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Exponential decay of computer hardware prices?

Discussion in 'Sun Hardware' started by Dave, Jun 23, 2005.

  1. Dave

    Dave Guest

    Some time ago (November 2002) I had a few beers one night and decided to
    try to guess the *future* prices of Sun 450MHz X1195A CPUs (used in
    Ultra 60s, 80s and others).

    Some may recall the post, as it got a few comments. I based it on what
    I'd paid for a CPU in mid 2000, what was the going rate in November
    2002, and fitted an exponential. The exponential was used for no other
    reason than it seemed the most likely - I'd not attempted to verify it.

    http://groups.google.co.uk/group/co...95a+kirkby+ebay&rnum=3&hl=en#7b9927ddf4fcd4eb

    I came up with these prices:

    1 month - Dec 2002 = $415
    2 months - Jan 2003 = $383
    3 months - Feb 2003 = $353
    4 months - Mar 2003 = $326
    5 months - Apr 2003 = $301
    6 months - May 2003 = $278
    9 months - Aug 2003 = $219
    12 months - Nov 2003 = $172
    18 months - May 2004 = $107
    24 months - Nov 2004 = $67
    5 years - Nov 207 = $3.70
    10 years - Nov 2012 = 3 cents

    Three or four people have commented to me this has been reasonably
    accurate.

    Today, I decided to check what X1195A's are selling on eBay. As always,
    there is a spread of prices. The lowest price one on eBay for June 2005
    is this one

    http://cgi.ebay.com/ws/eBayISAPI.dll?ViewItem&category=51238&item=5783747777&rd=1

    So my estimate, made 31 months ago, which would suggest $37.68 was
    pretty damm good, as this one sold at $39 !! An error of only 32 cents!!
    Typically they are selling a bit higher at around $48, so my estimate
    is about 30% low.

    This is not bad bad considering the prices have dropped by more than 900%.

    Comments ? - Other than I am a complete nutter !!

    Since the original data did not give monthly values for more than 12
    months ahead, but only at, here is a complete list. The same equation as
    I used before

    price = 450 exp(- 0.08*months) is still used.

    I suspect at some point prices will rise. In 1000 years time, an X1195A
    will probably be a sought after antique.

    /* Historical estimates - future prices, which were computed in November
    2002. */
    0 months - Nov 2002 $450.00
    1 months - Dec 2002 $415.40
    2 months - Jan 2003 $383.46
    3 months - Feb 2003 $353.98
    4 months - Mar 2003 $326.77
    5 months - Apr 2003 $301.64
    6 months - May 2003 $278.45
    7 months - Jun 2003 $257.04
    8 months - Jul 2003 $237.28
    9 months - Aug 2003 $219.04
    10 months - Sept 2003 $202.20
    11 months - Oct 2003 $186.65
    12 months - Nov 2003 $172.30
    13 months - Dec 2003 $159.05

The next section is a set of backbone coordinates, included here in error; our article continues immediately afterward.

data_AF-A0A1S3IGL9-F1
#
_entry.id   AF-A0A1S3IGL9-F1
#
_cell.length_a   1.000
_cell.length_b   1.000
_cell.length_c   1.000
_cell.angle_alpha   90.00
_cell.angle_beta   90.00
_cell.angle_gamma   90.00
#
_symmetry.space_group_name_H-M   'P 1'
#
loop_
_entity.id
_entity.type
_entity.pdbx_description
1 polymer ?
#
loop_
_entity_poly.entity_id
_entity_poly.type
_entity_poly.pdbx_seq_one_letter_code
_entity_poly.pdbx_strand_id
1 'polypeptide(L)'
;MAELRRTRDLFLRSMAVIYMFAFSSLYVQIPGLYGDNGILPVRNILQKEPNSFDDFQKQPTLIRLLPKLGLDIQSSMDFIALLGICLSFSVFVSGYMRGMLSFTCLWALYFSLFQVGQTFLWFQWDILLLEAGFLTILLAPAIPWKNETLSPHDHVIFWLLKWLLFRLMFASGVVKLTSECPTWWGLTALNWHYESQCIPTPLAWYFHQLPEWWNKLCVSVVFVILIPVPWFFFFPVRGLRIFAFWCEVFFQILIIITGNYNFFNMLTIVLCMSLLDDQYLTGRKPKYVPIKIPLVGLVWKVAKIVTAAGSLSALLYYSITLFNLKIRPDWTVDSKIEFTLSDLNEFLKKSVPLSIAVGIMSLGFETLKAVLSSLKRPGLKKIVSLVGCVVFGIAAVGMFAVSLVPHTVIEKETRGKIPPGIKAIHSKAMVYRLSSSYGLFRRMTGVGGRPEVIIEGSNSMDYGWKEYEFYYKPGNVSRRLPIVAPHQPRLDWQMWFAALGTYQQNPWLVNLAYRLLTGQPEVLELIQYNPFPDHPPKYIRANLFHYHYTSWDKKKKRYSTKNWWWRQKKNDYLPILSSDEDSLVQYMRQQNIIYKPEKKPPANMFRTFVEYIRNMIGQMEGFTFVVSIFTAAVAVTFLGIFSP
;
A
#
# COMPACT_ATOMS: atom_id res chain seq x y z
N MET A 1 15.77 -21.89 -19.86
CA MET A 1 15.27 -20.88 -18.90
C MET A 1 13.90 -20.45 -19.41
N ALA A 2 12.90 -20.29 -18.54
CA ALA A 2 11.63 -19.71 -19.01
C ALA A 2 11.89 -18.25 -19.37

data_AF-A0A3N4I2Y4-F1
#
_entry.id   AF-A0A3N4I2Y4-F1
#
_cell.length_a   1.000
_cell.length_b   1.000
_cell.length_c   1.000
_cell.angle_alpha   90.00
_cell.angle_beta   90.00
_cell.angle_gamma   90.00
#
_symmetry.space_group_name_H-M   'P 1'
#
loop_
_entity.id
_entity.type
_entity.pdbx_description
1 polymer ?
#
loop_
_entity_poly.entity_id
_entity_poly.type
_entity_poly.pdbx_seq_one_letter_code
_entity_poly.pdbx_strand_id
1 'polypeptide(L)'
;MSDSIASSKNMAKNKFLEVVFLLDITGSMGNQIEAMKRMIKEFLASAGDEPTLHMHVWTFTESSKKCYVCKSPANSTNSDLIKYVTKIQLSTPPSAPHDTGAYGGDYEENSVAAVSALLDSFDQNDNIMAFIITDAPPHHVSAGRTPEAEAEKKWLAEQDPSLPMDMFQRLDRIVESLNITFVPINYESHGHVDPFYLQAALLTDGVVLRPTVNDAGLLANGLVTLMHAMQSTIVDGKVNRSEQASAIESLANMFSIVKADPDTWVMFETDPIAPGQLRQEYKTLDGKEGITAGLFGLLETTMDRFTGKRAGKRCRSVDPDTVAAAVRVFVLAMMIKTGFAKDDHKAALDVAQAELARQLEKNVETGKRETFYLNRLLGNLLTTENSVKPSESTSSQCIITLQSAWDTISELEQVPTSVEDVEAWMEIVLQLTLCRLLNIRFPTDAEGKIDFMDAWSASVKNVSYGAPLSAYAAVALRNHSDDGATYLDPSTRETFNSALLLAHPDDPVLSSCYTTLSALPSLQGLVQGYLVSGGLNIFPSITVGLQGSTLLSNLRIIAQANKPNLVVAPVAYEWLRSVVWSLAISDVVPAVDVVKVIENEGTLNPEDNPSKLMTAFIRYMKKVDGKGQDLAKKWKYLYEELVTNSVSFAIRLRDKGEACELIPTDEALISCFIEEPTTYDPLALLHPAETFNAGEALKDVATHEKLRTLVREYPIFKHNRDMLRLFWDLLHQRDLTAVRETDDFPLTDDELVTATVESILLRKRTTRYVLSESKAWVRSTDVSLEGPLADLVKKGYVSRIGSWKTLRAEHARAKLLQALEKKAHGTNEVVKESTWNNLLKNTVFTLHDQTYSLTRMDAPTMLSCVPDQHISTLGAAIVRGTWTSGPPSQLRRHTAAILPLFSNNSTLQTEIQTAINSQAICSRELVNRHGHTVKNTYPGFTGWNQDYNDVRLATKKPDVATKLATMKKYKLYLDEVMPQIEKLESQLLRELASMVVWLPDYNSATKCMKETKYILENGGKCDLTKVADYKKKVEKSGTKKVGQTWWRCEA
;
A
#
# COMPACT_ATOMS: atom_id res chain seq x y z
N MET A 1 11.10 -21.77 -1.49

14 months - Jan 2004 $146.83
    15 months - Feb 2004 $135.54
    16 months - Mar 2004 $125.12
    17 months - Apr 2004 $115.50
    18 months - May 2004 $106.62
    19 months - Jun 2004 $98.42
    20 months - Jul 2004 $90.85
    21 months - Aug 2004 $83.87
    22 months - Sept 2004 $77.42
    23 months - Oct 2004 $71.47
    24 months - Nov 2004 $65.97
    25 months - Dec 2004 $60.90
    26 months - Jan 2005 $56.22
    27 months - Feb 2005 $51.90
    28 months - Mar 2005 $47.91
    29 months - Apr 2005 $44.22
    30 months - May 2005 $40.82

    /* Future pedicted prices */
    31 months - Jun 2005 $37.68
    32 months - Jul 2005 $34.79
    33 months - Aug 2005 $32.11
    34 months - Sept 2005 $29.64
    35 months - Oct 2005 $27.36
    36 months - Nov 2005 $25.26
    37 months - Dec 2005 $23.32
    38 months - Jan 2006 $21.53
    39 months - Feb 2006 $19.87
    40 months - Mar 2006 $18.34
    41 months - Apr 2006 $16.93
    42 months - May 2006 $15.63
    43 months - Jun 2006 $14.43
    44 months - Jul 2006 $13.32
    45 months - Aug 2006 $12.30
    46 months - Sept 2006 $11.35
    47 months - Oct 2006 $10.48
    48 months - Nov 2006 $9.67
    49 months - Dec 2006 $8.93
    50 months - Jan 2007 $8.24
    51 months - Feb 2007 $7.61
    52 months - Mar 2007 $7.02
    53 months - Apr 2007 $6.48
    54 months - May 2007 $5.98
    55 months - Jun 2007 $5.52
    56 months - Jul 2007 $5.10
    57 months - Aug 2007 $4.71
    58 months - Sept 2007 $4.35
    59 months - Oct 2007 $4.01
    60 months - Nov 2007 $3.70
    61 months - Dec 2007 $3.42
    62 months - Jan 2008 $3.16
    63 months - Feb 2008 $2.91
    64 months - Mar 2008 $2.69
    65 months - Apr 2008 $2.48
    66 months - May 2008 $2.29
    67 months - Jun 2008 $2.12
    68 months - Jul 2008 $1.95
    69 months - Aug 2008 $1.80
    70 months - Sept 2008 $1.66
    71 months - Oct 2008 $1.54